The king pulled a face.
‘I’m not at all sure that I like the sound of that.’
The queen’s lips went white as she pressed them together in exasperation. Turning her head, she murmured in the king’s ear. Booshus couldn’t hear what she said, but her tone was unmistakeably clipped.
The king sighed, and waved a pudgy, beringed hand. ‘Oh, very well then. Give it here.’
Booshus took the royal goblet and poured a small amount of the potion into it. It landed in the bottom with a fizz. The king took the goblet and regarded the liquid with deep suspicion.
‘Are you sure about this, Booshus? It looks a bit lively.’
‘Absolutely, majesty. I tested it on Vernon, and as you can see he’s perfectly fine.’
Vernon smiled weakly.
‘There’s not very much of it, is there?’ said the queen.
‘No, highness. It’s potent stuff, and I wouldn’t want to do the king a mischief. It’s best to start these things slowly, after all.’
The king sipped at the liquid, and pulled a face again. ‘Tastes foul!’
Booshus lowered his head. ‘A thousand apologies, majesty. I did try to make it taste better, but it just mucked up the formula.’
The king turned his head to see the queen glaring at him. ‘Oh very well.’ He threw the rest back in one gulp – there wasn’t much there, after all – and the court held its breath.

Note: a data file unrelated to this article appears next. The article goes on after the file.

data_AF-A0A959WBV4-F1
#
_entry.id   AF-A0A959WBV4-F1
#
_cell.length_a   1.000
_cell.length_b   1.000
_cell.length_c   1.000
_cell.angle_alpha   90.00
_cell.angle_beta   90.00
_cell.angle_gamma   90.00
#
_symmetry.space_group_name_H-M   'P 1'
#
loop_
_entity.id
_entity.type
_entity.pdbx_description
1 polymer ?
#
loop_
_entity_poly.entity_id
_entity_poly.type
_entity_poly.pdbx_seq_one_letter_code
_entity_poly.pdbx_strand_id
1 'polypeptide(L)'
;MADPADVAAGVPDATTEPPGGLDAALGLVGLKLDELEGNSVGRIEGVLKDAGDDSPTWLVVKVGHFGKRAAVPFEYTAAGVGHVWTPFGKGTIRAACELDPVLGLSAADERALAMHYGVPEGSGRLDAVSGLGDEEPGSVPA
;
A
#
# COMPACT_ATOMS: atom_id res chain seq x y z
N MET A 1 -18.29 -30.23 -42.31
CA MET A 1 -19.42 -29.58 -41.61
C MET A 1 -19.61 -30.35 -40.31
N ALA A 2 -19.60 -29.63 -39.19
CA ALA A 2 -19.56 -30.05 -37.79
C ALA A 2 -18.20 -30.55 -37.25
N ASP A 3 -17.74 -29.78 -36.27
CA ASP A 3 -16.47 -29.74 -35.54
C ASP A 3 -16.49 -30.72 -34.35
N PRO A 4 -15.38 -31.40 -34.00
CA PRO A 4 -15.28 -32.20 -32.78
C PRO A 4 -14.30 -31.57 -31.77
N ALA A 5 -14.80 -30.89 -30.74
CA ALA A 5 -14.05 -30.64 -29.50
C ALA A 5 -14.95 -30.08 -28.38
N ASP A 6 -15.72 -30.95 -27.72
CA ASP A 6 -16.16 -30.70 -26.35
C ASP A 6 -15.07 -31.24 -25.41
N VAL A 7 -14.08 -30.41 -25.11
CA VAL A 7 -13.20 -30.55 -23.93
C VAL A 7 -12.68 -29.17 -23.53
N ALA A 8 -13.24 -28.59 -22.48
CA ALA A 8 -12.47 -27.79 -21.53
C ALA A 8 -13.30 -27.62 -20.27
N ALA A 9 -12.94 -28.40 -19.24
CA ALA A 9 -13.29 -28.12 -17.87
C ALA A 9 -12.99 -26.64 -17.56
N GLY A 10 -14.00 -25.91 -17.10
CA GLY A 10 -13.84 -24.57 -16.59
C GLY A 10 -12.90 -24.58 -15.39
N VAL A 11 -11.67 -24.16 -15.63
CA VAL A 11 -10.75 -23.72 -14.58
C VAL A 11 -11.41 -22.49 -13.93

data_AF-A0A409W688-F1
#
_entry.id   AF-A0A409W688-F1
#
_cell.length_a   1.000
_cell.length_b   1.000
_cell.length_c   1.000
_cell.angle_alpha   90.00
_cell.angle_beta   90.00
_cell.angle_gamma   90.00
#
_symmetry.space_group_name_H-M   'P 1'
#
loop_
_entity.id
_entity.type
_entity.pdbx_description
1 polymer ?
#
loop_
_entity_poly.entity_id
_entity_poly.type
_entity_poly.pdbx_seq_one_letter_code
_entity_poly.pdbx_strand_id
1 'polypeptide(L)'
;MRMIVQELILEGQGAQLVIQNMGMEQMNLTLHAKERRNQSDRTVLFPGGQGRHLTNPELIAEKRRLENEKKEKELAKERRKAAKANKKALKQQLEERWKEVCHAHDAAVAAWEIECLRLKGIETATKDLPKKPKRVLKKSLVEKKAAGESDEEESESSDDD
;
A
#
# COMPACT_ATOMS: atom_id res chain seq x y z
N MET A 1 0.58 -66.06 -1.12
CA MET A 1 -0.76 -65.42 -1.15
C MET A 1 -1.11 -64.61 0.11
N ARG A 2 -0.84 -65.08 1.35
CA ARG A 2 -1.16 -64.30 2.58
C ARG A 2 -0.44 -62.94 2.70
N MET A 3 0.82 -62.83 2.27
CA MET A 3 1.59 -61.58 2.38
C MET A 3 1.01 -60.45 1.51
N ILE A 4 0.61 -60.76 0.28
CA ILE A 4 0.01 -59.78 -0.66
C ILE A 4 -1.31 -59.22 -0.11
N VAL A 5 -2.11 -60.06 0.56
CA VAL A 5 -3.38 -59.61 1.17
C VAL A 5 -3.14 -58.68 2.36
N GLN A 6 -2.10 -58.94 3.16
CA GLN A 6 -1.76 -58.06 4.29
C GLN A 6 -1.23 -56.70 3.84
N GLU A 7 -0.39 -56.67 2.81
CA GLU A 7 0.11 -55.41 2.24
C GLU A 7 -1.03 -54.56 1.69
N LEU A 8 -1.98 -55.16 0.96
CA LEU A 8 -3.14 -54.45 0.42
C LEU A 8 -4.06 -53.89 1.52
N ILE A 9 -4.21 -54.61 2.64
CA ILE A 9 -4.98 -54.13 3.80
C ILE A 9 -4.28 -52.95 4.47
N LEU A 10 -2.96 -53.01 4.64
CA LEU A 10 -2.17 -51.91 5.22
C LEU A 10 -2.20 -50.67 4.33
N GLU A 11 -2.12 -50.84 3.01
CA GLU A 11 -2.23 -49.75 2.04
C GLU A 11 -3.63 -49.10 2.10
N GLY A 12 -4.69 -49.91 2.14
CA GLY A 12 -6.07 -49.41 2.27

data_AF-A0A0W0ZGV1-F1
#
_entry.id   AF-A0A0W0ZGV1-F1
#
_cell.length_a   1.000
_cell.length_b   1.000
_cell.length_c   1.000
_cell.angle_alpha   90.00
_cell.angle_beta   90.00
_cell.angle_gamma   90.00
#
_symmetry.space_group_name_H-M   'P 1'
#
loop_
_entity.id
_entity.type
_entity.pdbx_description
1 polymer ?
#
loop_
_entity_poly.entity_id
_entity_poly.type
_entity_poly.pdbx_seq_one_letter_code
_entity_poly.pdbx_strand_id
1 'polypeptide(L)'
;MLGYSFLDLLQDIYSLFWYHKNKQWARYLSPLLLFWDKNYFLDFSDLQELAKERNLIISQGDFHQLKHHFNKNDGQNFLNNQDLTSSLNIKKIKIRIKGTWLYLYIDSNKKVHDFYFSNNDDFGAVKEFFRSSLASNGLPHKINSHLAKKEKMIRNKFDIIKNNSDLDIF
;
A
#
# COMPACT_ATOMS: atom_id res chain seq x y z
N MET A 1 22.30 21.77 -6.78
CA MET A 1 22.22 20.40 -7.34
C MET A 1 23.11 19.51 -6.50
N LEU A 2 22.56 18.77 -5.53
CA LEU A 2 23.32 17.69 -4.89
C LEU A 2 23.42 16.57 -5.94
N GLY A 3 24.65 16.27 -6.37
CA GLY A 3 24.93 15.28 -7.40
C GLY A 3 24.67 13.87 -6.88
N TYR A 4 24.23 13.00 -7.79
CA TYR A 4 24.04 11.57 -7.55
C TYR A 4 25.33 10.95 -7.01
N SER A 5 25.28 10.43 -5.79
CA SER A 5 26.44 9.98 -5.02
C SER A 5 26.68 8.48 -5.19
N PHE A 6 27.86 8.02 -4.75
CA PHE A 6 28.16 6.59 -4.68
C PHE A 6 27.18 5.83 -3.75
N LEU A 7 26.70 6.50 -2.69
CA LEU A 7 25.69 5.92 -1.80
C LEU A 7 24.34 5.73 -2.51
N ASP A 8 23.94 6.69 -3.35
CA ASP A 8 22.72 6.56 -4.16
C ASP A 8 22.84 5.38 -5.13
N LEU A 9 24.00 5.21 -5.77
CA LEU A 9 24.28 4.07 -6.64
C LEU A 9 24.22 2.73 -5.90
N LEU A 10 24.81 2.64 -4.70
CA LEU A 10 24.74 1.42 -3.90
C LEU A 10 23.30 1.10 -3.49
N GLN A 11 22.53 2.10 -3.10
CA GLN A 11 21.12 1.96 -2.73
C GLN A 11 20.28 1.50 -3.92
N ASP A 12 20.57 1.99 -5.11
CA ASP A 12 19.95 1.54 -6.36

#
Several weeks later, things were going well. The king was moving much more, eating less, and generally looking a lot better. This meant that the queen and, by extension, the court were a lot happier.
Unfortunately, however, this was not to last. The king, ever on the look out for more of everything, began to allow his greedy nature to get the better of him. So instead of demanding more food, he now began to demand more of the potion, so he would be compelled to do more exercise. He would exercise every chance he got. The palace staff often found him running circuits around the palace at midnight. By the time the king was scaling the castle walls in order to get to bed at night, instead of taking the stairs, the queen had enough. She came storming into Booshus’ laboratory and had her bodyguards drag him and Vernon to a wood just outside of the palace grounds. There, they were met with the extraordinary sight of the king, stripped to the waist and swinging the woodsman’s axe for all he was worth. His face was filled with the zeal of the recent convert, and Booshus’ heart sank. They were in a clearing filled with recent tree stumps and sawdust.